Mississippi man held for poison-laced letters to Obama, others
A Mississippi man has been arrested as a suspect in connection with the mailing of three deadly ricin poison-laced letters to President Barack Obama, a senator and a Mississippi official.
The man was arrested Wednesday at approximately 5.15 pm local time, Fox News reported citing FBI Special Agent in Charge Daniel McMullen.
Discovery of the deadly letters addressed to Obama and Republican senator Roger Wicker Tuesday, just a day after the Boston bombings, had rattled Washington.
The letter to Obama was intercepted at an off-site White House mail facility and apparently was from the same sender who mailed a "very similar" letter to Wicker, the Federal Bureau of Investigation (FBI) said Wednesday.
The Department of Justice said Wednesday the suspect was arrested at his Corinth, Mississippi, home following an investigation conducted by the FBI Joint Terrorism Task Forces in Memphis, Tennessee and Jackson, Mississippi, the US Capitol Police, and the US Postal Service, the US Secret Service.
The suspect has been identified as 45-year-old Paul Kenneth Curtis of Tupelo, Mississippi, Fox News said citing an unnamed source. Tupelo is also the hometown of Wicker and his wife.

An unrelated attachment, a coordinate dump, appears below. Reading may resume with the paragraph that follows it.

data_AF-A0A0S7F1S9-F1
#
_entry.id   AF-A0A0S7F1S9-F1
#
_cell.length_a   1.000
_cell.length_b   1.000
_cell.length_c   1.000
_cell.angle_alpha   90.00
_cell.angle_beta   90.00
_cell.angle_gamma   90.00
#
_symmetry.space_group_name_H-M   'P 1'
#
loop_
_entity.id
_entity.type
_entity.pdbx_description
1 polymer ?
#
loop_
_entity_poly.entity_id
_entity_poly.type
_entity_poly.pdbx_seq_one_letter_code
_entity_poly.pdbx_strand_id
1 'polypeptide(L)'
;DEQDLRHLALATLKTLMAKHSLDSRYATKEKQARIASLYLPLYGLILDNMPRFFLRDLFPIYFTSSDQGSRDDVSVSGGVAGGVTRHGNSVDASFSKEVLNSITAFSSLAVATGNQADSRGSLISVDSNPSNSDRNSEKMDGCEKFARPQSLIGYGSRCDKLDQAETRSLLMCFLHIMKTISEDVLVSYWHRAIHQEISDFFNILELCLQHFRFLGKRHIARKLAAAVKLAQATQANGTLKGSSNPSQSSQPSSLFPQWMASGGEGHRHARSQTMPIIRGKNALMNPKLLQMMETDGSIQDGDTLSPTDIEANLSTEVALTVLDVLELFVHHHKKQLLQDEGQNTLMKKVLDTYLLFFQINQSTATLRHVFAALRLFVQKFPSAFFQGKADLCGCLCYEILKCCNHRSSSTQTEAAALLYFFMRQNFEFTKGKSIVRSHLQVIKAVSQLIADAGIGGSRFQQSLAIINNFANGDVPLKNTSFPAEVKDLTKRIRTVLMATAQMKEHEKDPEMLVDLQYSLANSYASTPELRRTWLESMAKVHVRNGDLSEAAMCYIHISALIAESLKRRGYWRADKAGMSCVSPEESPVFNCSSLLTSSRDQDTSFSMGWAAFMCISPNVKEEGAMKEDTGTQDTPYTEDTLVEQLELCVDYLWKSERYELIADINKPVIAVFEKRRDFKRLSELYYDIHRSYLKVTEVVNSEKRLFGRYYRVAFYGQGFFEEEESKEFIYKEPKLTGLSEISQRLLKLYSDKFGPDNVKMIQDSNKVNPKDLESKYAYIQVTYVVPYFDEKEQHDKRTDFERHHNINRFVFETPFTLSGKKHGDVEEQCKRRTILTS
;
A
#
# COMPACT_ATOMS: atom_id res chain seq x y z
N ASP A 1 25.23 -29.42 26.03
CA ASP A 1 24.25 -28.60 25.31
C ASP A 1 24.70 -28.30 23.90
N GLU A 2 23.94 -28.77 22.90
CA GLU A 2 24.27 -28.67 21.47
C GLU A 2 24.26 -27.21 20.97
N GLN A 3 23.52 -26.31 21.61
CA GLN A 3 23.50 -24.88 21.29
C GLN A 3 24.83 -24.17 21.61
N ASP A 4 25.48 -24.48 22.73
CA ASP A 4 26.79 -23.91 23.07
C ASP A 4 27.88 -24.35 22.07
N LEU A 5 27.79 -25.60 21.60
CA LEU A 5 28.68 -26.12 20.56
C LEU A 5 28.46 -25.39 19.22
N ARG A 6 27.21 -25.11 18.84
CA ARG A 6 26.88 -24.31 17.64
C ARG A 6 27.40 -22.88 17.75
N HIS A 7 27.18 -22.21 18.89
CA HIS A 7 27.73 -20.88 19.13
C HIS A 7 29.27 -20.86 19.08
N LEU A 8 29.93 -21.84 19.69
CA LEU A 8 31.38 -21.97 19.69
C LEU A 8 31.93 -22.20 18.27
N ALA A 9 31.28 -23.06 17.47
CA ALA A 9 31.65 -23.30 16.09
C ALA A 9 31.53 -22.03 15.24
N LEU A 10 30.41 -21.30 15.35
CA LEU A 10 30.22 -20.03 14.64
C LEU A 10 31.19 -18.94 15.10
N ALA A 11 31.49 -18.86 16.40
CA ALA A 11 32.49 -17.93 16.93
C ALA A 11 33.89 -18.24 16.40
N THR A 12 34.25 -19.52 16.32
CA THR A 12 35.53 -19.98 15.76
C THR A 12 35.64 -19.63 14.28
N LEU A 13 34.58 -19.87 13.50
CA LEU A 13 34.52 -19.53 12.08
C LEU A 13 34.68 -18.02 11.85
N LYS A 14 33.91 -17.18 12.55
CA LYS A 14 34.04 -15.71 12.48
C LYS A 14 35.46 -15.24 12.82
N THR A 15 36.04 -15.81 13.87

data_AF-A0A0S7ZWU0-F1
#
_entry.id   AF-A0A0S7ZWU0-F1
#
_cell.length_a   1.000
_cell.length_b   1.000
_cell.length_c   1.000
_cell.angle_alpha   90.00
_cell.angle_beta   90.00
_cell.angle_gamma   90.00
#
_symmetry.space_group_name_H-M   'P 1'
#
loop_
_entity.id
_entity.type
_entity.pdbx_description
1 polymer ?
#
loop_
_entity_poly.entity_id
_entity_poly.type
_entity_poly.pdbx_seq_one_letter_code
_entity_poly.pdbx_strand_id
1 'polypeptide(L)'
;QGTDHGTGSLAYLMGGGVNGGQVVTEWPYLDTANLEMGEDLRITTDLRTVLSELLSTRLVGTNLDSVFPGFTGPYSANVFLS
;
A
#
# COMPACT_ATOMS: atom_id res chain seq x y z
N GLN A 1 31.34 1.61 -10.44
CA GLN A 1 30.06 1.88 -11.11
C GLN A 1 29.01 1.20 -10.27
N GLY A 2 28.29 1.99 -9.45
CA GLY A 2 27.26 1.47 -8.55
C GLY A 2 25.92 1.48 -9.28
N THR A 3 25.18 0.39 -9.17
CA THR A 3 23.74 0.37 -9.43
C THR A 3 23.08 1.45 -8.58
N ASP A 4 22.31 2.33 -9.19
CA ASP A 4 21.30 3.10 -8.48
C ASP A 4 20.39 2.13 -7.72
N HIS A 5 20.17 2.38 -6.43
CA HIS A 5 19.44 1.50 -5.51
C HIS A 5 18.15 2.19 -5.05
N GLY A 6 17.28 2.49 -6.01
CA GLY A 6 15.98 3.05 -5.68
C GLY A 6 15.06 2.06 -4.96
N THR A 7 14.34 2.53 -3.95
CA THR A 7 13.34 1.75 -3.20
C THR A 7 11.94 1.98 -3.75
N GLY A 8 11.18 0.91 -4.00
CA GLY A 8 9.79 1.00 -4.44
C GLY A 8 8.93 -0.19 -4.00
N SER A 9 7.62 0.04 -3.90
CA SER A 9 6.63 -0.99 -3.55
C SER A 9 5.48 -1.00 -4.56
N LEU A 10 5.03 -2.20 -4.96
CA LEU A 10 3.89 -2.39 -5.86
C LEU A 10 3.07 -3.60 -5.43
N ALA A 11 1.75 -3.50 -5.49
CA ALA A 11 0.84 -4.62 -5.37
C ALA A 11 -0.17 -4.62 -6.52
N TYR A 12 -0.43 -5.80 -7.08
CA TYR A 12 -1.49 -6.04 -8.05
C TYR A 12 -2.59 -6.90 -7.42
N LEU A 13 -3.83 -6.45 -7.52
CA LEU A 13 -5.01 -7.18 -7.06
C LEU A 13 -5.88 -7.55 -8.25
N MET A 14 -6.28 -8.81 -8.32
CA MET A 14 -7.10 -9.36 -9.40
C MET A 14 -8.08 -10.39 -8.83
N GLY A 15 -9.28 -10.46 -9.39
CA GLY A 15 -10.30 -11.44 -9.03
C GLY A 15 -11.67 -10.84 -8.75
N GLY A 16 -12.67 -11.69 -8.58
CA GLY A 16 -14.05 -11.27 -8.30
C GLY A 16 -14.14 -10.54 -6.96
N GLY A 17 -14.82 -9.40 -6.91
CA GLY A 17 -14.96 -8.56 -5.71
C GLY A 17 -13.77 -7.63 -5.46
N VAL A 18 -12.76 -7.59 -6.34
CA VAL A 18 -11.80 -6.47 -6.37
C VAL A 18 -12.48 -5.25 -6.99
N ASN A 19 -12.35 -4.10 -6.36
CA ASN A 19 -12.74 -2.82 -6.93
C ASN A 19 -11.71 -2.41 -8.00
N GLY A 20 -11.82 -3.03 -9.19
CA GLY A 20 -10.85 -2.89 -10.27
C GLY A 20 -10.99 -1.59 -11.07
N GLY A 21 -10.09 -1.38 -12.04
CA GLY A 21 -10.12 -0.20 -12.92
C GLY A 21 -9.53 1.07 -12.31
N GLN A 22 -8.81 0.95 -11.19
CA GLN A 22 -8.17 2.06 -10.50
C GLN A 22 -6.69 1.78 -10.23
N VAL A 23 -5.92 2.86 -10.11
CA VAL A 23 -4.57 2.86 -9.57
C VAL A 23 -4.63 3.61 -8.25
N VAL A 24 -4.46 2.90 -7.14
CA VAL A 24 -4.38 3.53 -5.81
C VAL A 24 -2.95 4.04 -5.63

Fox News citing an FBI bulletin said the letter sent to Obama and Wicker included the phrase: "To see a wrong and not expose it, is to become a silent partner to its continuance."
Both were signed, "I am KC and I approve this message." The envelopes had Tennessee postmarks, but no return address.
Obama's press secretary Jay Carney said mail sent to the White House is screened at a remote site for the safety of the recipients and the general public. He declined to comment on the significance of the preliminary ricin result, referring questions to the FBI.
Government laboratories are also testing samples of a suspicious substance found in letters at off-site White House and Senate mailrooms after preliminary test results pointed to the deadly poison ricin.
Ricin is a highly toxic substance derived from castor beans. As little as 500 micrograms-an amount the size of the head of a pin-can kill an adult. There is no specific test for exposure and no antidote once exposed.
The FBI said Wednesday it has no indication of a connection between the tainted letters and Monday's bombings at the finish line of the Boston Marathon that killed three people and wounded 183 others, according to latest reports.
Meanwhile, the Democratic chairman of the Senate Armed Services Committee Carl Levin said one of his Michigan home-state offices received a "suspicious-looking" letter and alerted authorities. "We do not know yet if the mail presented a threat," he said.
Mail for members of Congress and the White House has been handled at off-site postal facilities since the 2001 anthrax attacks.